FROM THE MAINLAND: Bay Shore FD Rescues Ospreys From Fire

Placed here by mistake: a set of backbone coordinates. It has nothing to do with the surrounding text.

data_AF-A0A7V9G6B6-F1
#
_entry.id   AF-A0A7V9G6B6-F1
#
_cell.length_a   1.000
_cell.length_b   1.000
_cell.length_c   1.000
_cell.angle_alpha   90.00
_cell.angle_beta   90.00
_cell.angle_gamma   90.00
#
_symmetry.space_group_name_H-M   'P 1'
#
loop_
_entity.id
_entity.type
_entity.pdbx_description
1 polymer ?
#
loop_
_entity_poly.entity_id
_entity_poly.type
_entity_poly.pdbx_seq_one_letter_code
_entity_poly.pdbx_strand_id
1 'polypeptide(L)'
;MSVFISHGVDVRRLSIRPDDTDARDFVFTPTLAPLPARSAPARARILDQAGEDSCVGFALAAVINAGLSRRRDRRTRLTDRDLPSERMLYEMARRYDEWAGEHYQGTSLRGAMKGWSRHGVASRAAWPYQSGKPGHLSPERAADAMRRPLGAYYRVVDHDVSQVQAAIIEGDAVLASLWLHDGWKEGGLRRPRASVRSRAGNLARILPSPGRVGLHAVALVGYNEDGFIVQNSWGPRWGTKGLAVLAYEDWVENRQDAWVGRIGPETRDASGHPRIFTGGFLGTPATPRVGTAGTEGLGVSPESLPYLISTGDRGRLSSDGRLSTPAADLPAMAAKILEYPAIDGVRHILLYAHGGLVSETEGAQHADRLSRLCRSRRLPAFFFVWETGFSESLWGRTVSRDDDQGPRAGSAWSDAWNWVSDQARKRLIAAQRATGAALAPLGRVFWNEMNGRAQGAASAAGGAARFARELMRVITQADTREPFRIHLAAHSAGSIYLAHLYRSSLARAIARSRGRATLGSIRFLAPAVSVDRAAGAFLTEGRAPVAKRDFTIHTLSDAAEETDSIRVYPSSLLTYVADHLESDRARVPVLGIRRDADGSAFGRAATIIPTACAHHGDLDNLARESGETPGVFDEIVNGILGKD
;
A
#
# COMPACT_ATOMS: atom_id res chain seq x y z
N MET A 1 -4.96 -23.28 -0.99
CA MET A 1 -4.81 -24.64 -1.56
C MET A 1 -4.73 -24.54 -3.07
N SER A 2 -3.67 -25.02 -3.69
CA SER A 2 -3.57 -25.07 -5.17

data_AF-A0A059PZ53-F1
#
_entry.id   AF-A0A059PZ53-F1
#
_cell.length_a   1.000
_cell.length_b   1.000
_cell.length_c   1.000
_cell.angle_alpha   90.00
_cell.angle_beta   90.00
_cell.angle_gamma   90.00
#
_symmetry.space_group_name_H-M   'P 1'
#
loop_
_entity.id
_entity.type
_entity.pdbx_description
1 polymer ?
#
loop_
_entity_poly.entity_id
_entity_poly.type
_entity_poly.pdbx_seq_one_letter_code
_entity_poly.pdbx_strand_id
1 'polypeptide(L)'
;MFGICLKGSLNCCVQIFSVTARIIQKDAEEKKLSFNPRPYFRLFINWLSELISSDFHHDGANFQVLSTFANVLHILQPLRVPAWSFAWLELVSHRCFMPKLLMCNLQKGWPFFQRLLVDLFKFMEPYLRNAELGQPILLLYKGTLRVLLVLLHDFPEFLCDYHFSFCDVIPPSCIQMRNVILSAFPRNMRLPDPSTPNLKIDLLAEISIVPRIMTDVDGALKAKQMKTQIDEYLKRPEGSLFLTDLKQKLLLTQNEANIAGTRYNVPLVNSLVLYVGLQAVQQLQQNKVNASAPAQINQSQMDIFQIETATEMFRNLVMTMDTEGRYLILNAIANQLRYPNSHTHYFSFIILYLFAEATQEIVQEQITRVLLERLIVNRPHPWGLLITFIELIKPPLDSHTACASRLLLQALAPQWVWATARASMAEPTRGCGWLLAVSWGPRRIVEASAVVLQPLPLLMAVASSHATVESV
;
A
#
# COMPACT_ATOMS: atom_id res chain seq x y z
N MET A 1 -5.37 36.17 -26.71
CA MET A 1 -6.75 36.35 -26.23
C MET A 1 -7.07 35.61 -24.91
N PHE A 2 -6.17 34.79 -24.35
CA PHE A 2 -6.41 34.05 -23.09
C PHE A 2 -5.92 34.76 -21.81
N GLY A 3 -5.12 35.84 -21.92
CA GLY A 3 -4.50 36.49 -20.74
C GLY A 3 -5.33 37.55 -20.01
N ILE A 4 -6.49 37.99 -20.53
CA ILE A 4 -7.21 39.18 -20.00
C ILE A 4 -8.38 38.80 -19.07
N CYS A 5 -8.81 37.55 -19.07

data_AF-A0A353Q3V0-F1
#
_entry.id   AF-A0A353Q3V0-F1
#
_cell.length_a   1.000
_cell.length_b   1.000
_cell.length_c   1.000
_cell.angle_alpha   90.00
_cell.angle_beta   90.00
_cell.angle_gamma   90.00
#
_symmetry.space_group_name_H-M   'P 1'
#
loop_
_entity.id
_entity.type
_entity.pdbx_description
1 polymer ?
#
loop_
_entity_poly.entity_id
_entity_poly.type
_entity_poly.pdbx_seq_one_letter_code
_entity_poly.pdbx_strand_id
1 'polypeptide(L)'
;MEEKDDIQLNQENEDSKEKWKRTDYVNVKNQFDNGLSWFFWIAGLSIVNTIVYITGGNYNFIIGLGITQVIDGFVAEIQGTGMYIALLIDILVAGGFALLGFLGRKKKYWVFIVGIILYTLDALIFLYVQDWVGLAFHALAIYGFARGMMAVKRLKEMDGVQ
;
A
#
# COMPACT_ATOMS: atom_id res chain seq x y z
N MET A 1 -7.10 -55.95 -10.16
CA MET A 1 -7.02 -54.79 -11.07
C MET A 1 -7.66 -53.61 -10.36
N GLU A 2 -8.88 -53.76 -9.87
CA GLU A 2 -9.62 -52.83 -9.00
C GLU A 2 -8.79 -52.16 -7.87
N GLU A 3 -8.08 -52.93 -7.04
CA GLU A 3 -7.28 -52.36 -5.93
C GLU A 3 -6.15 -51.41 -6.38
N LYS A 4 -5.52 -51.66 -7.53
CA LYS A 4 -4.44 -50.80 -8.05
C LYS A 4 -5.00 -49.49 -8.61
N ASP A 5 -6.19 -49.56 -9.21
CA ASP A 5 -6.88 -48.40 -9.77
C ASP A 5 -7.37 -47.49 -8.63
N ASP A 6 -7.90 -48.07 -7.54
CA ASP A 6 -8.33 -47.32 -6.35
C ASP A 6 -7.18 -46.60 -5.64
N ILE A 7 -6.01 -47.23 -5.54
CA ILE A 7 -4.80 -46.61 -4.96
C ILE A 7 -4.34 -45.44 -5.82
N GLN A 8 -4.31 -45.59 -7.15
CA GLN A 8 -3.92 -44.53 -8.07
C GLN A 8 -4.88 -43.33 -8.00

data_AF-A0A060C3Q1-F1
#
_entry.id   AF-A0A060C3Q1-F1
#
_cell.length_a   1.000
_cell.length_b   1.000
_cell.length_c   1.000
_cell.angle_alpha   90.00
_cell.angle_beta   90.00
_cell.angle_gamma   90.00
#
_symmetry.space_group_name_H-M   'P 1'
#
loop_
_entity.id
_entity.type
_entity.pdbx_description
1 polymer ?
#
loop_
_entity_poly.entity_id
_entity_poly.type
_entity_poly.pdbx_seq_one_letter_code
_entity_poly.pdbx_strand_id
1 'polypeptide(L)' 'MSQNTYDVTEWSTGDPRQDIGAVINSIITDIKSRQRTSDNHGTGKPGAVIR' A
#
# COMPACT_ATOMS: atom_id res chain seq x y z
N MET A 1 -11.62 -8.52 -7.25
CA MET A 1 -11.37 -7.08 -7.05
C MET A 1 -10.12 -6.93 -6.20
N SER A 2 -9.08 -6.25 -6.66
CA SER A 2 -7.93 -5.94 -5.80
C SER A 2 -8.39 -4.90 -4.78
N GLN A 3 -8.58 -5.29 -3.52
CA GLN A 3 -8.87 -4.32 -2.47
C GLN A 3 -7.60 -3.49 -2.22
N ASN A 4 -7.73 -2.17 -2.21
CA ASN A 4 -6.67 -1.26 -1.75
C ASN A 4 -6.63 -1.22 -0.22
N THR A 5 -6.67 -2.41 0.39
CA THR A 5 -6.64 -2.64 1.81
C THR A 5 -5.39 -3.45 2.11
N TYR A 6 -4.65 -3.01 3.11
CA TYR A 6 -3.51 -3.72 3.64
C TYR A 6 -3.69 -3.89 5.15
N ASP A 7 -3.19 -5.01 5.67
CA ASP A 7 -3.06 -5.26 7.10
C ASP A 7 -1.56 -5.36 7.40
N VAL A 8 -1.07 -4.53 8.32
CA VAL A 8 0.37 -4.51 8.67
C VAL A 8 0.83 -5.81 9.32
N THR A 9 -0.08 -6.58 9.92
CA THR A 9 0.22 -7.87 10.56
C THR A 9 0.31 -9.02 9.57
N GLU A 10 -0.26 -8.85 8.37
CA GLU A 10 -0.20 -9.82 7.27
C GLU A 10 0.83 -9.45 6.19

By Greg SleterWHEN THE BAY SHORE FIRE DEPARTMENT responded to a call of a brushfire on a utility pole in Brightwaters on Wednesday, May 25, little did firefighters know that they would need to perform high wire act to save a family of ospreys. According to fire department officials, when 2nd Assistant Chief Jerry Rockfled arrived on scene, he found a large Osprey nest on fire with the mother bird and her 4 babies still inside.Firefighter K. Voges and Firefighter Brian Ball using Ladder 317 made a quick knock down of the fire using a dry chemical extinguisher, then proceeded to remove the four baby ospreys. Once removed, Firefighter Fred Crump using a one-inch line mopped up the rest of the fire atop the pole. Voges and Ball then returned the birds safely to their nest and the mother bird returned. Sadly one of the baby ospreys did not survive the fire and was buried at Gilbert Park on South Windsor Drive in Brightwaters by members of the fire department before returning to headquarters.Islip Honors Gen. MacArthurTown of Islip officials, local veterans, and charitable groups recently gathered for the unveiling of a new display at Long Island MacArthur Airport. The new installation in the airport’s atrium highlights the life and career of the airport’s namesake, Gen. Douglas MacArthur, the most decorated soldier in American history, and best known for his role in World War II and the post-war period.“General MacArthur was a defining figure of the 20th century, and his legacy carries through to the present day. We are proud that our airport bears his name, and this new installation will remind travelers of the reasons we continue to honor this great man,” said John Cochrane, Jr., Islip Town Councilman“Honoring General MacArthur in this way not only pays tribute to one man, but to all of the men and women of our greatest generation,” added Angie Carpenter, Islip Town Supervisor.The installation, constructed by Cornerstone Kiosk, chronicles the life and achievements of Gen. MacArthur from his days at West Point to his final dismissal by President Harry Truman. The Robert David Lion Gardiner Foundation and the Long Island General MacArthur Memorial Fund provided funding for the installation.New Federal Law To Protect East End EstuariesLegislation supported to Rep. Lee Zeldin (R-Shirley) that reauthorizes the National Estuary Program (NEP), has been signed into law by President Barack Obama.The law authorizes $26.5 million in funding for the Program, which includes two nationally recognized estuaries on Long Island: the Long Island Sound and the Peconic Estuary. The funding will be used for water quality and wetlands restoration, as well as other local conservation projects to restore local beaches and protect wildlife.The bill ensures that funding will be prioritized to address urgent and challenging issues that threaten the ecological and economic well-being of coastal areas including nitrogen, harmful algae blooms, and flooding or wetland loss, according to Zeldin.“On the East End of Long Island, we must be committed to safeguarding our environment and improving our water quality,” said Zeldin, who is a member of the Long Island Sound Caucus and Congressional Shellfish Caucus in the House of Representatives. “Over the years, water quality on Long Island has suffered severely from issues such as pollution, overdevelopment and the dumping of dredged materials. This new law would ensure that Long Island’s estuaries receive the funding needed to improve and protect our waterways.”Dr. Alison Branco, director of the Peconic Estuary Program, said the new law would allow her program to update its Comprehensive Conservation and Management Plan and tackle the challenges facing local estuaries today and into the future.The NEP was established in 1987 with 28 recognized estuaries across the U.S. The Great South Bay is not part of the NEP, so it does not quality for this funding.“However the Congressman is advocating for more of a focus on the Great South Bay because it’s an economically and ecologically critical body of water facing threats from pollution,” wrote his office in response to our inquiry. “Congressman Zeldin understands the need for improving our local water quality, which is why he is working in Congress to ensure all local waterways are protected and preserved for generations to come.”Hooray for the Osprey! (Courtesy of Bay Shore Fire Department.)